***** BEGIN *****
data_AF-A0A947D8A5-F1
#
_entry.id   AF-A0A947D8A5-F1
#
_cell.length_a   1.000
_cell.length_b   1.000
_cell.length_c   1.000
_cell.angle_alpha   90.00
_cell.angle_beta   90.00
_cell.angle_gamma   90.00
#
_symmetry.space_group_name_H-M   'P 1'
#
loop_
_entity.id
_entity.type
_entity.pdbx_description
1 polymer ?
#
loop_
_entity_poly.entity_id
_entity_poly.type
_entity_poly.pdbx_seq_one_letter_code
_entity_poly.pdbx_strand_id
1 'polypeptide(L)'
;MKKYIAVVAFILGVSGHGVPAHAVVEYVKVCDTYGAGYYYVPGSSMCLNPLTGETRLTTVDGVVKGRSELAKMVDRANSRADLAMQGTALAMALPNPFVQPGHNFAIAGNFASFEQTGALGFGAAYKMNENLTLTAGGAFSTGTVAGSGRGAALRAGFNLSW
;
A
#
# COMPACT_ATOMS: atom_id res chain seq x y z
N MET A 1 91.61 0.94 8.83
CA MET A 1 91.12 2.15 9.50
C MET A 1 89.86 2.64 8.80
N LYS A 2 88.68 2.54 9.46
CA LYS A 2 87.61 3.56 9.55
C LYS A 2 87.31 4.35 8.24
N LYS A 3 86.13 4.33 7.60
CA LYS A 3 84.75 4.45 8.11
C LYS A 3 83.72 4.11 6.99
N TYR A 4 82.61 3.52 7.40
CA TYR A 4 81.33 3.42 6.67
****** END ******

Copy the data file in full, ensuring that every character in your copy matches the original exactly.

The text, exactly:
data_AF-A0A947D8A5-F1
#
_entry.id   AF-A0A947D8A5-F1
#
_cell.length_a   1.000
_cell.length_b   1.000
_cell.length_c   1.000
_cell.angle_alpha   90.00
_cell.angle_beta   90.00
_cell.angle_gamma   90.00
#
_symmetry.space_group_name_H-M   'P 1'
#
loop_
_entity.id
_entity.type
_entity.pdbx_description
1 polymer ?
#
loop_
_entity_poly.entity_id
_entity_poly.type
_entity_poly.pdbx_seq_one_letter_code
_entity_poly.pdbx_strand_id
1 'polypeptide(L)'
;MKKYIAVVAFILGVSGHGVPAHAVVEYVKVCDTYGAGYYYVPGSSMCLNPLTGETRLTTVDGVVKGRSELAKMVDRANSRADLAMQGTALAMALPNPFVQPGHNFAIAGNFASFEQTGALGFGAAYKMNENLTLTAGGAFSTGTVAGSGRGAALRAGFNLSW
;
A
#
# COMPACT_ATOMS: atom_id res chain seq x y z
N MET A 1 91.61 0.94 8.83
CA MET A 1 91.12 2.15 9.50
C MET A 1 89.86 2.64 8.80
N LYS A 2 88.68 2.54 9.46
CA LYS A 2 87.61 3.56 9.55
C LYS A 2 87.31 4.35 8.24
N LYS A 3 86.13 4.33 7.60
CA LYS A 3 84.75 4.45 8.11
C LYS A 3 83.72 4.11 6.99
N TYR A 4 82.61 3.52 7.40
CA TYR A 4 81.33 3.42 6.67